Crookes History, Family Crest & Coats of Arms
- Origins Available:
The Viking settlers of ancient Scotland were the first to use the name Crookes. It was a name for a crooked person. A broad and miscellaneous class of surnames, nickname surnames referred to a characteristic of the first person who used the name. They can describe the bearer's favored style of clothing, appearance, habits, or character. This nickname was originally derived from the Old Norman word crok which meant "hook" or "something crooked." While this origin can be expected, more accurately, the name was for someone "who came from Crook (hill, or bend of a river), the name of several places in England and Scotland." 
Early Origins of the Crookes family
The surname Crookes was first found in Westmorland at Crook, a chapelry, in the parish, union, and ward of Kendal  of at Crook, a hamlet in the parish of Shevington, Lancashire. We find the earliest record of the family at the latter location. Specifically, the Lay Subsidy Rolls of 1332 list William del Crok there at that time.  Kirby's Quest lists Kohn de Cruk in Somerset, 1 Edward III (during the first years of King Edward III's reign.)
Later the Yorkshire Poll Tax Rolls of 1379 listed: Johannes de Crake; Thomas de Crokes; and Johanna de Crekes. 
Moving further north into Scotland, two of the first entries were Malcolm Crok and Robert Cruk of Fingaldestone, Lanarkshire, who both rendered homage to King Edward I in his conquest of Scotland. A few years later, a benefice was reserved to Adam Croke of the diocese of St. Andrew in 1329 and John Cruke was a tenant in Garvalde under the Douglas in 1376. 
Important Dates for the Crookes family
This web page shows only a small excerpt of our Crookes research. Another 138 words (10 lines of text) covering the years 1674, 1641 and are included under the topic Early Crookes History in all our PDF Extended History products and printed products wherever possible.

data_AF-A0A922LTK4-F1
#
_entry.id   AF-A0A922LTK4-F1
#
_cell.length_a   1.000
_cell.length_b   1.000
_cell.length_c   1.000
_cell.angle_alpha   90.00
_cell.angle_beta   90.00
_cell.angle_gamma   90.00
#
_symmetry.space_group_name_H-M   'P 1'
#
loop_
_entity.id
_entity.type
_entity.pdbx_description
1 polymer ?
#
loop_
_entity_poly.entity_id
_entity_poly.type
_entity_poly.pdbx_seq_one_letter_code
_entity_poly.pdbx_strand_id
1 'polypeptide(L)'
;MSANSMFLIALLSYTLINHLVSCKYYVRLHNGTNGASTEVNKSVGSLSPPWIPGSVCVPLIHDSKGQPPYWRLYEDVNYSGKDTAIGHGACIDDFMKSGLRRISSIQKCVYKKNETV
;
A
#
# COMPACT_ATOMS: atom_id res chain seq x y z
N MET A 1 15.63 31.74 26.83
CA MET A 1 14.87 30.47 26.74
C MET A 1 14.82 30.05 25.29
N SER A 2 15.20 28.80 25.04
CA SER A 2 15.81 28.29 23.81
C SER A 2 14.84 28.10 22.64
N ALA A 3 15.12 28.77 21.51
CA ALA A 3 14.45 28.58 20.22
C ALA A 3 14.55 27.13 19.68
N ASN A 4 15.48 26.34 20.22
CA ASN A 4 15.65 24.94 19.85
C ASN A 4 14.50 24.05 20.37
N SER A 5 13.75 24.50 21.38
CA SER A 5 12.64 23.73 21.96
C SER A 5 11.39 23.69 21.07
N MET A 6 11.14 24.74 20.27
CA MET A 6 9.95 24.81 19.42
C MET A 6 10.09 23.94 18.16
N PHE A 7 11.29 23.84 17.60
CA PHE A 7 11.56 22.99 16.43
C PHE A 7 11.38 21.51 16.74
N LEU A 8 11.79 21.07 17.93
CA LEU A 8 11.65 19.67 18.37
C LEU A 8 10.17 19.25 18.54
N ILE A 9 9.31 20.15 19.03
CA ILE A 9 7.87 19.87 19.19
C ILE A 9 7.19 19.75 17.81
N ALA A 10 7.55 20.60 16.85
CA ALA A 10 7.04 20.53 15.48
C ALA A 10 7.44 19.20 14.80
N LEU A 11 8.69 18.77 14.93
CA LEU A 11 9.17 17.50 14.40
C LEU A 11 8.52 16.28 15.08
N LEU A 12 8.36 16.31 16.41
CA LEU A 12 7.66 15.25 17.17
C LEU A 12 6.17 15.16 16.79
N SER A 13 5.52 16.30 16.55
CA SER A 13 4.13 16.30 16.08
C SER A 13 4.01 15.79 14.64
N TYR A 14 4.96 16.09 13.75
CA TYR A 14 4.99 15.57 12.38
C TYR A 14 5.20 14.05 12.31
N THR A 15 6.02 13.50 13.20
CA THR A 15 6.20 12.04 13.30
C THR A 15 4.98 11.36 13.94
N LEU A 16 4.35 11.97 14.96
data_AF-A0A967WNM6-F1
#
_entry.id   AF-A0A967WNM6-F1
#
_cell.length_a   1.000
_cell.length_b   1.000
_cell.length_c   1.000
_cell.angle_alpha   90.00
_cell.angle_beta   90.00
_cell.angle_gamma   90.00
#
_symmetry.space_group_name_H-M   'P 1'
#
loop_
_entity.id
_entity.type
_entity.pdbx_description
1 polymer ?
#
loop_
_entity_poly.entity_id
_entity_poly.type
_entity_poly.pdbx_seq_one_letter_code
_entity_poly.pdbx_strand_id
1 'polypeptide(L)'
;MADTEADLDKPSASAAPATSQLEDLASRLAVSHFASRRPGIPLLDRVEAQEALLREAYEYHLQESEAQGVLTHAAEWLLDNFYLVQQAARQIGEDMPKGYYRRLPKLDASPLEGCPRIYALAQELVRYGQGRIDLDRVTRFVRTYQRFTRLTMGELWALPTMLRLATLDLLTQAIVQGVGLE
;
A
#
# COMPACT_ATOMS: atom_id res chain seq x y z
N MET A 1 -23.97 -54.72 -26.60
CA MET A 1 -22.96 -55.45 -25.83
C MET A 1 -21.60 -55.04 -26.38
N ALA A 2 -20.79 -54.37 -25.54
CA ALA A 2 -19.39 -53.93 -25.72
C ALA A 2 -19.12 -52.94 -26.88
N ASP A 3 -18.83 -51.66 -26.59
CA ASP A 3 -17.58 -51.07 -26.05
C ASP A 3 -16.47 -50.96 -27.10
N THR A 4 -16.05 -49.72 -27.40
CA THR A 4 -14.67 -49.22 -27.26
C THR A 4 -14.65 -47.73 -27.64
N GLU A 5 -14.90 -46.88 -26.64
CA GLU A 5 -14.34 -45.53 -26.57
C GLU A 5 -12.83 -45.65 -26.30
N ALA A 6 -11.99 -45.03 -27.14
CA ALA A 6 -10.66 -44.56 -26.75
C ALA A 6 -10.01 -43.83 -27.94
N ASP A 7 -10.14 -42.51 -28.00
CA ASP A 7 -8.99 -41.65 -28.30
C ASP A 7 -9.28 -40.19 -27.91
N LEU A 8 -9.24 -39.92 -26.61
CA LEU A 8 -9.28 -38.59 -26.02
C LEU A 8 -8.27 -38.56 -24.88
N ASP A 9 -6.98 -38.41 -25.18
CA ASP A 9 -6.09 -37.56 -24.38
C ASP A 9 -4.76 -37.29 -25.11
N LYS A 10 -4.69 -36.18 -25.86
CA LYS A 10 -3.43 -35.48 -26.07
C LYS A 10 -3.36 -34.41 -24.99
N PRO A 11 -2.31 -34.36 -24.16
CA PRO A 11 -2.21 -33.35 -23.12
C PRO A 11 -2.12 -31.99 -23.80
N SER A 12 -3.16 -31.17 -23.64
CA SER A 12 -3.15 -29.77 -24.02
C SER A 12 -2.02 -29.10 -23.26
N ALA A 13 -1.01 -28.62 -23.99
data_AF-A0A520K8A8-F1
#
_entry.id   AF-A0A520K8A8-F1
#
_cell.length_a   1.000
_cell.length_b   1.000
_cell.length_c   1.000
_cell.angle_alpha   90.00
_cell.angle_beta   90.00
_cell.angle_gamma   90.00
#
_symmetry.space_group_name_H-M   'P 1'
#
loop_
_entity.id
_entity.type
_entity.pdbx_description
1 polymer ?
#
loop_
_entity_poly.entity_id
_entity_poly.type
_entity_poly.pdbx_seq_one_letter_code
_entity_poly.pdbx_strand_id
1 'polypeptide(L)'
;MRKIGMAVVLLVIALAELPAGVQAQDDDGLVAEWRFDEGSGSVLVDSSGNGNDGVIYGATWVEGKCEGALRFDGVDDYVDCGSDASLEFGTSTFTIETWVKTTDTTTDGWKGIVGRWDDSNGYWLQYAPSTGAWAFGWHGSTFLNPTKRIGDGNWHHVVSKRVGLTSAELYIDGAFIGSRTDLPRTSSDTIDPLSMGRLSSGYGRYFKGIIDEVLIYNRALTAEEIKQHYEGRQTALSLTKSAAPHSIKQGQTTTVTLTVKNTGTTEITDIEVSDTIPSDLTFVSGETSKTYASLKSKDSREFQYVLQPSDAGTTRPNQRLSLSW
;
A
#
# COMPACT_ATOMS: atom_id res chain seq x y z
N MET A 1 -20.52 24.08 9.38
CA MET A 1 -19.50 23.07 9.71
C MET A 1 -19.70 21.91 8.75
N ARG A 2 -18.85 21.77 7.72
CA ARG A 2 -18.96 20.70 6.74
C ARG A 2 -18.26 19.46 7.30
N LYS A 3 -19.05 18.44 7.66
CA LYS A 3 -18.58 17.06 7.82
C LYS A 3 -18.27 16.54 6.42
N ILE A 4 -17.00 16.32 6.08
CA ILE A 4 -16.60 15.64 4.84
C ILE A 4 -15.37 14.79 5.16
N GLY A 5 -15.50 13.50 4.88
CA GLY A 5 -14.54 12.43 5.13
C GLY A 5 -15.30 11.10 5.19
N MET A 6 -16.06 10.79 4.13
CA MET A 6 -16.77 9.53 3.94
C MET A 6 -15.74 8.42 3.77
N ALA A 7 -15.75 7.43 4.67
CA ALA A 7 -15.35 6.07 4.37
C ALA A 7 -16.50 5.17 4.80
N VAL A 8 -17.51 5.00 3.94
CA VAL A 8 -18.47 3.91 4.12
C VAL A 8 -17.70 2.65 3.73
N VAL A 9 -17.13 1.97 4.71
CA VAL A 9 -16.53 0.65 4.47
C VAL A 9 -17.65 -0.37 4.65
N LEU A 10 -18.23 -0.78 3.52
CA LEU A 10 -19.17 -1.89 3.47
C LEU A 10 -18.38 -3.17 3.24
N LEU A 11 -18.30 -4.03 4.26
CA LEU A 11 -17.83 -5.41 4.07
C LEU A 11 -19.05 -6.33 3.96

Crookes Spelling Variations
Intuition and sound were the primary sources medieval scribes used to judge appropriate spellings and translations for names. The spelling of a name thus varied according to who was doing the recording. The different spelling variations of Crookes include Crook, Crooke, Crooks, Cruik, Cruiks, Crok, Cruke, Crukes, Cruikes and many more.
Early Notables of the Crookes family (pre 1700)
Another 41 words (3 lines of text) are included under the topic Early Crookes Notables in all our PDF Extended History products and printed products wherever possible.
Migration of the Crookes family to Ireland
Some of the Crookes family moved to Ireland, but this topic is not covered in this excerpt.
Another 60 words (4 lines of text) about their life in Ireland is included in all our PDF Extended History products and printed products wherever possible.
Crookes migration to the United States
In their new home, Scots found land and opportunity, and some even fought for their new freedom in the American War of Independence. Some, who remained loyal to the crown went north to Canada as United Empire Loyalists. In this century, the ancestors of both of these groups have begun recovering their illustrious national heritage through Clan societies and other Scottish historical organizations. Early immigration and passenger lists indicate many people bearing the Crookes name:
Typical Crookes Emigration from the United Kingdom to North America
Crookes Settlers in United States in the 17th Century
- Robert Crookes, who arrived in Maryland in 1665 
Crookes Settlers in United States in the 19th Century
- James Crookes, who landed in New York, NY in 1812 
- Samuel Crookes, who landed in America in 1822 
Contemporary Notables of the name Crookes (post 1700)
- Sir William Crookes (1832-1919), British scientist
You May Also Like
- ^ Smith, Eldson Coles, New Dictionary of American Family Names New York, Harper & Row, 1956. Print
- ^ Lewis, Samuel, A Topographical Dictionary of England. Institute of Historical Research, 1848, Print.
- ^ Bardsley, C.W, A Dictionary of English and Welsh Surnames: With Special American Instances. Wiltshire: Heraldry Today, 1901. Print. (ISBN 0-900455-44-6)
- ^ Black, George F., The Surnames of Scotland Their Origin, Meaning and History. New York: New York Public Library, 1946. Print. (ISBN 0-87104-172-3)
- ^ Filby, P. William, Meyer, Mary K., Passenger and immigration lists index : a guide to published arrival records of about 500,000 passengers who came to the United States and Canada in the seventeenth, eighteenth, and nineteenth centuries. 1982-1985 Cumulated Supplements in Four Volumes Detroit, Mich. : Gale Research Co., 1985, Print (ISBN 0-8103-1795-8)